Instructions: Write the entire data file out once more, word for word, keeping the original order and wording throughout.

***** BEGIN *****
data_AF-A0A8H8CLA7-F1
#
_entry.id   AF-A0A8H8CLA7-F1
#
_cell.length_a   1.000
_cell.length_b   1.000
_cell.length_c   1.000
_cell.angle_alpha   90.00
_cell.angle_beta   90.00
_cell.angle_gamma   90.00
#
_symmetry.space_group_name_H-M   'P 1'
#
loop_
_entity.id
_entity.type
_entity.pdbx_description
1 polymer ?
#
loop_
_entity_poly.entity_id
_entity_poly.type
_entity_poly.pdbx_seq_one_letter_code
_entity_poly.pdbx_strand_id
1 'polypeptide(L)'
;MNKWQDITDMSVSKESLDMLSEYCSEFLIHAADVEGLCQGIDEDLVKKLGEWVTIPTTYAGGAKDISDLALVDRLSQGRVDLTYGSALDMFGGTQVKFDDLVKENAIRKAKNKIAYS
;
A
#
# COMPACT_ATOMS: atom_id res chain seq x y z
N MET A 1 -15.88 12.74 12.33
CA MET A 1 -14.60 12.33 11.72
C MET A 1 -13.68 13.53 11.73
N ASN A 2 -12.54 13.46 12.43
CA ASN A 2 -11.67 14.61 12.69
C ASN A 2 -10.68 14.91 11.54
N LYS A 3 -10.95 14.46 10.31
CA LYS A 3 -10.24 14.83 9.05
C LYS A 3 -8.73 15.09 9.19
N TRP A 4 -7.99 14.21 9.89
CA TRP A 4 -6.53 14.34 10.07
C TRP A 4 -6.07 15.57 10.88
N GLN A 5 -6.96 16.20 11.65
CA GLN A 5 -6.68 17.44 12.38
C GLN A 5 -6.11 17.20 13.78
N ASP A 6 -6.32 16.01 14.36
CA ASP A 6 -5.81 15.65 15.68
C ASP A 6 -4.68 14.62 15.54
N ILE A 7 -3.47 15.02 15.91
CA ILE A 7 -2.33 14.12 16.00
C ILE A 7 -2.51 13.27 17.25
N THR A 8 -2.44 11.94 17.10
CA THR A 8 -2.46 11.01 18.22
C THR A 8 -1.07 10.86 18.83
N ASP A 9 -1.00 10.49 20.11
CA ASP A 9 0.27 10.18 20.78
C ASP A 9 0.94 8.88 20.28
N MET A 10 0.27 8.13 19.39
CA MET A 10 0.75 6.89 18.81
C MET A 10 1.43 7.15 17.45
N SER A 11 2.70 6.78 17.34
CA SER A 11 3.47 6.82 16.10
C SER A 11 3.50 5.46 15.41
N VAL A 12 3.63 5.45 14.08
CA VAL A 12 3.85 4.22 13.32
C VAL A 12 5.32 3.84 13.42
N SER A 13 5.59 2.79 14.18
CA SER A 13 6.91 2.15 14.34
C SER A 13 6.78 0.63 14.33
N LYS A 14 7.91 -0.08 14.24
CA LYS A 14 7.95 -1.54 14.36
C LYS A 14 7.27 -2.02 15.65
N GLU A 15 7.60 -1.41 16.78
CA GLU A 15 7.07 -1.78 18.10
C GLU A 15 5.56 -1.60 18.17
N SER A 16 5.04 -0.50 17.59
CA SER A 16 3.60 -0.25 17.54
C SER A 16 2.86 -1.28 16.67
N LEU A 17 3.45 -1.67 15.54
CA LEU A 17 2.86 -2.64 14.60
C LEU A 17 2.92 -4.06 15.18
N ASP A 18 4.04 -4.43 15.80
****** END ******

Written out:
data_AF-A0A8H8CLA7-F1
#
_entry.id   AF-A0A8H8CLA7-F1
#
_cell.length_a   1.000
_cell.length_b   1.000
_cell.length_c   1.000
_cell.angle_alpha   90.00
_cell.angle_beta   90.00
_cell.angle_gamma   90.00
#
_symmetry.space_group_name_H-M   'P 1'
#
loop_
_entity.id
_entity.type
_entity.pdbx_description
1 polymer ?
#
loop_
_entity_poly.entity_id
_entity_poly.type
_entity_poly.pdbx_seq_one_letter_code
_entity_poly.pdbx_strand_id
1 'polypeptide(L)'
;MNKWQDITDMSVSKESLDMLSEYCSEFLIHAADVEGLCQGIDEDLVKKLGEWVTIPTTYAGGAKDISDLALVDRLSQGRVDLTYGSALDMFGGTQVKFDDLVKENAIRKAKNKIAYS
;
A
#
# COMPACT_ATOMS: atom_id res chain seq x y z
N MET A 1 -15.88 12.74 12.33
CA MET A 1 -14.60 12.33 11.72
C MET A 1 -13.68 13.53 11.73
N ASN A 2 -12.54 13.46 12.43
CA ASN A 2 -11.67 14.61 12.69
C ASN A 2 -10.68 14.91 11.54
N LYS A 3 -10.95 14.46 10.31
CA LYS A 3 -10.24 14.83 9.05
C LYS A 3 -8.73 15.09 9.19
N TRP A 4 -7.99 14.21 9.89
CA TRP A 4 -6.53 14.34 10.07
C TRP A 4 -6.07 15.57 10.88
N GLN A 5 -6.96 16.20 11.65
CA GLN A 5 -6.68 17.44 12.38
C GLN A 5 -6.11 17.20 13.78
N ASP A 6 -6.32 16.01 14.36
CA ASP A 6 -5.81 15.65 15.68
C ASP A 6 -4.68 14.62 15.54
N ILE A 7 -3.47 15.02 15.91
CA ILE A 7 -2.33 14.12 16.00
C ILE A 7 -2.51 13.27 17.25
N THR A 8 -2.44 11.94 17.10
CA THR A 8 -2.46 11.01 18.22
C THR A 8 -1.07 10.86 18.83
N ASP A 9 -1.00 10.49 20.11
CA ASP A 9 0.27 10.18 20.78
C ASP A 9 0.94 8.88 20.28
N MET A 10 0.27 8.13 19.39
CA MET A 10 0.75 6.89 18.81
C MET A 10 1.43 7.15 17.45
N SER A 11 2.70 6.78 17.34
CA SER A 11 3.47 6.82 16.10
C SER A 11 3.50 5.46 15.41
N VAL A 12 3.63 5.45 14.08
CA VAL A 12 3.85 4.22 13.32
C VAL A 12 5.32 3.84 13.42
N SER A 13 5.59 2.79 14.18
CA SER A 13 6.91 2.15 14.34
C SER A 13 6.78 0.63 14.33
N LYS A 14 7.91 -0.08 14.24
CA LYS A 14 7.95 -1.54 14.36
C LYS A 14 7.27 -2.02 15.65
N GLU A 15 7.60 -1.41 16.78
CA GLU A 15 7.07 -1.78 18.10
C GLU A 15 5.56 -1.60 18.17
N SER A 16 5.04 -0.50 17.59
CA SER A 16 3.60 -0.25 17.54
C SER A 16 2.86 -1.28 16.67
N LEU A 17 3.45 -1.67 15.54
CA LEU A 17 2.86 -2.64 14.60
C LEU A 17 2.92 -4.06 15.18
N ASP A 18 4.04 -4.43 15.80